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Lviv (Russian: Lvov) is the major city of Western Ukraine. The seventh-largest city of the country is located on the banks of the Poltva river, not far from the Polish border in the West and the Carpathian mountains in the South. Lviv has a storied history that is reflected in the cityscape as well as in the town’s plentiful cultural offerings. Lviv’s population mostly consists of ethnic Ukrainians (90%), some 10% are Russians.

The city was founded in the 13th century by Daniel of Galicia and was captured by Polish forces under King Casimir III about a hundred years later. After growing in significance for a long time, Lviv grew to be one of the largest towns under Polish-Lithuanian rule. The city’s wealth attracted invading armies from many European rulers as well as from Ottomans and Cossacks who all ultimately failed to conquer it. In 1772, the region around Lviv came under Austrian rule, a time that brought another boost of prosperity and growth. The city today in its architecture shows many traces of the Habsburg rule. After World War I, Lviv was fought for between Polish and Ukrainian forces but remained in Poland until World War II, when both Soviet and German occupation forces committed mass murders in the city. After the city became a part of the Soviet Union, many traces of the Polish heritage were expunged. Lviv became a center of the anti-government protests in 2014, declaring independence from President Yanukovych’s rule and strongly supporting the Euromaidan movement.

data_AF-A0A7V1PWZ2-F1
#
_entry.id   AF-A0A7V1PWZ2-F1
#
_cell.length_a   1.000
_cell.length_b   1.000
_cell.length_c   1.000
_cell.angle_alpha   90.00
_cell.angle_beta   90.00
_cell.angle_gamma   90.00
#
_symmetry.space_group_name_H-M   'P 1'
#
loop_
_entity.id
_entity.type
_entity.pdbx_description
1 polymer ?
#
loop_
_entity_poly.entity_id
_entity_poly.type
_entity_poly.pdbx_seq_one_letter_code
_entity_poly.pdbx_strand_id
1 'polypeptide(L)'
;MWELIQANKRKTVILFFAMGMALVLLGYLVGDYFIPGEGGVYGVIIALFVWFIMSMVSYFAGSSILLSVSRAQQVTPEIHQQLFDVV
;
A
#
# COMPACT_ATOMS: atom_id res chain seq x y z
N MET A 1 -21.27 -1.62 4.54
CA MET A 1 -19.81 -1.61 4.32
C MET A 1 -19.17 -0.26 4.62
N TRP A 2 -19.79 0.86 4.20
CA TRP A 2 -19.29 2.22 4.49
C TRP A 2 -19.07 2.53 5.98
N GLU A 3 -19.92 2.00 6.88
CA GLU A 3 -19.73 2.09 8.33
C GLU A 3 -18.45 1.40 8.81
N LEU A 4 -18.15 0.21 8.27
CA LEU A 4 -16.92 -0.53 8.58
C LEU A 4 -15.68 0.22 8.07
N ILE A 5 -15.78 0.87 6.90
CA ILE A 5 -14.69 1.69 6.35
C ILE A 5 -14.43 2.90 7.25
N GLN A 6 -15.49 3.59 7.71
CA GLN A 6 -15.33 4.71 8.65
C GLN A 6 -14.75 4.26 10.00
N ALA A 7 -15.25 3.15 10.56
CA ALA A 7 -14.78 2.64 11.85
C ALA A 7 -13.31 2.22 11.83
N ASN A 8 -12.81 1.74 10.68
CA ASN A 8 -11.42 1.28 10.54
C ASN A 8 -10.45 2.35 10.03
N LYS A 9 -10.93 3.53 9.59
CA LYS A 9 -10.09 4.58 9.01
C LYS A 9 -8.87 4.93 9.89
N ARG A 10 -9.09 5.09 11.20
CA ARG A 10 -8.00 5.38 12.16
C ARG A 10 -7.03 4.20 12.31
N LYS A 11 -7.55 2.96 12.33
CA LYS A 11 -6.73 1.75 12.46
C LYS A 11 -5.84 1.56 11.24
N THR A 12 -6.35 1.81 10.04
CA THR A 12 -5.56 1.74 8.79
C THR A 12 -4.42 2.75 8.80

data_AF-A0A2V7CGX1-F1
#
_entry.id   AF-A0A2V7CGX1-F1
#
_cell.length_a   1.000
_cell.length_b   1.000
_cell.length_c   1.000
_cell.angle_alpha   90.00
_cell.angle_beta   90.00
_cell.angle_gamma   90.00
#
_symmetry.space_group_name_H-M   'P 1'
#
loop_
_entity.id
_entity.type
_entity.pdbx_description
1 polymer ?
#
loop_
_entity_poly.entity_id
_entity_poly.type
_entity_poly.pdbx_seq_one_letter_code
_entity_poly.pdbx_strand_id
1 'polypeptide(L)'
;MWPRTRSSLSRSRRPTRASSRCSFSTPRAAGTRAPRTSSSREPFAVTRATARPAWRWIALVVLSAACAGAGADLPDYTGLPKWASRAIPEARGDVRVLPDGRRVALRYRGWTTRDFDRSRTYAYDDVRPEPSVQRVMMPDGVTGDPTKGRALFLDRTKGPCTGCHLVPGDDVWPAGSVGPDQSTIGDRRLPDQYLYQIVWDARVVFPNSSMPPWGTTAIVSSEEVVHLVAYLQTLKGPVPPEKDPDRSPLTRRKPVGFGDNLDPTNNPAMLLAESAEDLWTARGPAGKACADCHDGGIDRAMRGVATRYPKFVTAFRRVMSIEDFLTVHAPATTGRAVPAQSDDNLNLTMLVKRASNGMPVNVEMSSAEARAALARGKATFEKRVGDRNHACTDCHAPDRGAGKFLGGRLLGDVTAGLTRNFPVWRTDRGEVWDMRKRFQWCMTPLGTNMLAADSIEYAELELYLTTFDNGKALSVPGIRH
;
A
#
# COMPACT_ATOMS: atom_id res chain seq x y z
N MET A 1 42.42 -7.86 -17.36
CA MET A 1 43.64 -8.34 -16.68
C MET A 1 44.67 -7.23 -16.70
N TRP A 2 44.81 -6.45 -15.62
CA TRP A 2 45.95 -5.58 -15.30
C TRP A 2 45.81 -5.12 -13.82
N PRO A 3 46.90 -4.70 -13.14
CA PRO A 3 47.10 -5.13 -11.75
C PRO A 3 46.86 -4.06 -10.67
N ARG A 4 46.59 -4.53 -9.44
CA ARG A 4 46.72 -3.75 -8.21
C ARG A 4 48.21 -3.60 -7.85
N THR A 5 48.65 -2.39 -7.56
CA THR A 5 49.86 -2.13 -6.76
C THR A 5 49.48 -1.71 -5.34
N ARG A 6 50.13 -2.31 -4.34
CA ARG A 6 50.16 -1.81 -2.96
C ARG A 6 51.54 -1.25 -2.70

Quick facts Lviv


Western Ukraine




Founding year


Lviv’s Old Town has been declared a World Heritage Site in 1998. The area around the Ploshcha Rynok (market square) is the main attraction for the many international tourists the city draws, partly due to its eclectic mixture of several European architectural styles that can be found here. Another important reason is the fact that this part of the city hosts a great number of theatres, artist galleries and workshops and also serves as the backdrop for many cultural events throughout the year. Also, historic churches and many monuments are concentrated in this area. Among the main sights are the Opera and Ballet Theatre and the National Art Gallery, the largest museum of its kind in the country. Many parks and gardens complement the attractive cityscape.

The city is home to several institutions of science and higher education including Lviv University and has in recent years developed into a center of the Ukrainian publishing industry. In general, however, the economic situation in Lviv and the surrounding region is slightly below the average of the country, for example in terms of monthly income. Important economy sectors are the electronics, vehicle manufacturing and software industries. There is an international airport a few kilometers outside of the city which has been extensively renovated in 2012. There are a number of international direct connections to European cities available from here.